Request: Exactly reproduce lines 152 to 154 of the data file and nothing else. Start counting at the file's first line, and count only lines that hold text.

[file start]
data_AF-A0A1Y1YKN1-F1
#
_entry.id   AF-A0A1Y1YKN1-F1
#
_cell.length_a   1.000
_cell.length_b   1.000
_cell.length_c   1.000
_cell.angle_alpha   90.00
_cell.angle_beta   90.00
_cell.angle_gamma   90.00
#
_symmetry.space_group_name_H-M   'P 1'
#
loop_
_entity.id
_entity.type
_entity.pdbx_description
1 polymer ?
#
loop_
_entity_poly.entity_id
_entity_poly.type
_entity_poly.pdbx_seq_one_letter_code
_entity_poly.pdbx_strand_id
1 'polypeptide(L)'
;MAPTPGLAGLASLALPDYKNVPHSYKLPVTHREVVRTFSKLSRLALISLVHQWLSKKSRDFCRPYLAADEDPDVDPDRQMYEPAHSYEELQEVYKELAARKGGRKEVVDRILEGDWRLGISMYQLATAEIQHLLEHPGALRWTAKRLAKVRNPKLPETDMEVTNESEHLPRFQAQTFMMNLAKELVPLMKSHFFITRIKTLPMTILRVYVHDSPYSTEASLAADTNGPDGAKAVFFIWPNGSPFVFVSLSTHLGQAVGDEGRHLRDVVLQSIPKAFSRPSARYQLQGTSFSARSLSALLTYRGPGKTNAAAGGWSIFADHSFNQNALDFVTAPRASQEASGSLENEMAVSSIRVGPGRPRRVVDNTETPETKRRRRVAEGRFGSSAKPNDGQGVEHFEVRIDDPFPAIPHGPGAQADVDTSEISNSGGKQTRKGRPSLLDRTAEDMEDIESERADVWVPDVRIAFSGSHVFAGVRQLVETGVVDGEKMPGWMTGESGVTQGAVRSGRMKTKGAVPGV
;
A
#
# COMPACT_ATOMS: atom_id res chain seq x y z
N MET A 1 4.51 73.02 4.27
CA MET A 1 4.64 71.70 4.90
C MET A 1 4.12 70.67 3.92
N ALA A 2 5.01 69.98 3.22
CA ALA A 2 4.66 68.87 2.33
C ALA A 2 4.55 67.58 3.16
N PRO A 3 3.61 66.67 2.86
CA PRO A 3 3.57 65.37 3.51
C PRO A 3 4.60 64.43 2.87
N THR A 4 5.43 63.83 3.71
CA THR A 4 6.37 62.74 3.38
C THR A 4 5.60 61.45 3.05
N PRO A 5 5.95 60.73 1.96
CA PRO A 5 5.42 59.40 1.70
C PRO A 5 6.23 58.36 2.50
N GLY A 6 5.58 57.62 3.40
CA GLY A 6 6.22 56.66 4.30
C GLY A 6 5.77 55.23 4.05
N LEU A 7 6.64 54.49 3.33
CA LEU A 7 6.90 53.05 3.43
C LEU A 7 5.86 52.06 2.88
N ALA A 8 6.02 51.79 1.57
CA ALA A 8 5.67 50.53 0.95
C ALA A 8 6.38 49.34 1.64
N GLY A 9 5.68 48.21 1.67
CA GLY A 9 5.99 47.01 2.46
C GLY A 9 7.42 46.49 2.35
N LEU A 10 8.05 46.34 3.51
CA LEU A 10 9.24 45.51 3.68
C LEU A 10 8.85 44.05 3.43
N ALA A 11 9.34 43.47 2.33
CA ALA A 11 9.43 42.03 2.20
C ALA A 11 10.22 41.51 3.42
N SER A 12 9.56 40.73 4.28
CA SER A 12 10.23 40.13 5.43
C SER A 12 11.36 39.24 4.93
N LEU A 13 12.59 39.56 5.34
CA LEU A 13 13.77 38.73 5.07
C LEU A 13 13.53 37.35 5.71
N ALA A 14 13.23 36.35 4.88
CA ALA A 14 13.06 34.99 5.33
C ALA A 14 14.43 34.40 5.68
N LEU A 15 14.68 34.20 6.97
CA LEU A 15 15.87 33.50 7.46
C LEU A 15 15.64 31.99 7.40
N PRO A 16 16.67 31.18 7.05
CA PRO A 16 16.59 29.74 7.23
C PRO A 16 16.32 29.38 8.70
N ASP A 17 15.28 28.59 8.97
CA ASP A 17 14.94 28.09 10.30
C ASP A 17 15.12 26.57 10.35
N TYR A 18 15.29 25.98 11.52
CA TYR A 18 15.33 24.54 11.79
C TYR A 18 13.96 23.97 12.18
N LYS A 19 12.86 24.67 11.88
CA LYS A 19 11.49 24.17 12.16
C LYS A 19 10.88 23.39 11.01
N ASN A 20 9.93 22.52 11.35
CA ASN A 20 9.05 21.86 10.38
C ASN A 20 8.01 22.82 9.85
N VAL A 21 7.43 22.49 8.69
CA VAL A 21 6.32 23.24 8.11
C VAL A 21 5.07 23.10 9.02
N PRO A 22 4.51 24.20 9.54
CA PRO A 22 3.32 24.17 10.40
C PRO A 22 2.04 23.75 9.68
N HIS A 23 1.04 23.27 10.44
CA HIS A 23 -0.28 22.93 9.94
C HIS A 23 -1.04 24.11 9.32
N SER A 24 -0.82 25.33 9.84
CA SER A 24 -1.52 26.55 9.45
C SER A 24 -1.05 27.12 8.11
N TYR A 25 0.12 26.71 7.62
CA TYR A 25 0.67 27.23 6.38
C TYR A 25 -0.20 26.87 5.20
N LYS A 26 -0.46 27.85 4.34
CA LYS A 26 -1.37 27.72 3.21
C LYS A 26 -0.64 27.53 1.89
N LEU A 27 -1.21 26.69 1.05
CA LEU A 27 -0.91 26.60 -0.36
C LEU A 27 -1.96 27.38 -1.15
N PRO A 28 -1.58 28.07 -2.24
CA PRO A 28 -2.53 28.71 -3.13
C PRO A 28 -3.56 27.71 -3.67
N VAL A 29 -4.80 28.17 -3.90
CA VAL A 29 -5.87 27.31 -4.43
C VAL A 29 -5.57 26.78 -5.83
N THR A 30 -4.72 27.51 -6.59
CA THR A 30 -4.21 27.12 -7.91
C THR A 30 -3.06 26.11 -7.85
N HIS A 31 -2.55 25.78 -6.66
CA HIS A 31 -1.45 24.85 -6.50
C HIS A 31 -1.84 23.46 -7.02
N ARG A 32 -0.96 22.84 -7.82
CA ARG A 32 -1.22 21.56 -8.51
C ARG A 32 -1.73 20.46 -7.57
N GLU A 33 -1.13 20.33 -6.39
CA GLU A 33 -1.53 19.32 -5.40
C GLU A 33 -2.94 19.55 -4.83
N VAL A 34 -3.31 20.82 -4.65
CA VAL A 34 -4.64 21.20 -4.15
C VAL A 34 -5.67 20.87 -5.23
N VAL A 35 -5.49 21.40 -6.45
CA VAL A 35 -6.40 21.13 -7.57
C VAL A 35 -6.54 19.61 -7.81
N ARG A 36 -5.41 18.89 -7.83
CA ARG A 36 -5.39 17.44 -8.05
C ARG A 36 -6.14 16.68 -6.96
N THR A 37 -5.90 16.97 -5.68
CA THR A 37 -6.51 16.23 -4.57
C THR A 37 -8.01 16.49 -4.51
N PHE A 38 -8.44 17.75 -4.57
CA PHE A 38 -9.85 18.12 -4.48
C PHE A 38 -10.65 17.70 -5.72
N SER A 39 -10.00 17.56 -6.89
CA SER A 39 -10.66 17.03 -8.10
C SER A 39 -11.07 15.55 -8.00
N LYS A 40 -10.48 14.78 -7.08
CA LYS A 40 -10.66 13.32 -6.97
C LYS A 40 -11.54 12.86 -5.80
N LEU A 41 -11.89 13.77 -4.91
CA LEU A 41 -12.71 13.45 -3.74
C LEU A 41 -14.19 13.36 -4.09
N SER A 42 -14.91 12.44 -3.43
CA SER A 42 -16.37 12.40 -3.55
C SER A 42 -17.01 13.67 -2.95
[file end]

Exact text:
CA LEU A 41 -12.71 13.45 -3.74
C LEU A 41 -14.19 13.36 -4.09
N SER A 42 -14.91 12.44 -3.43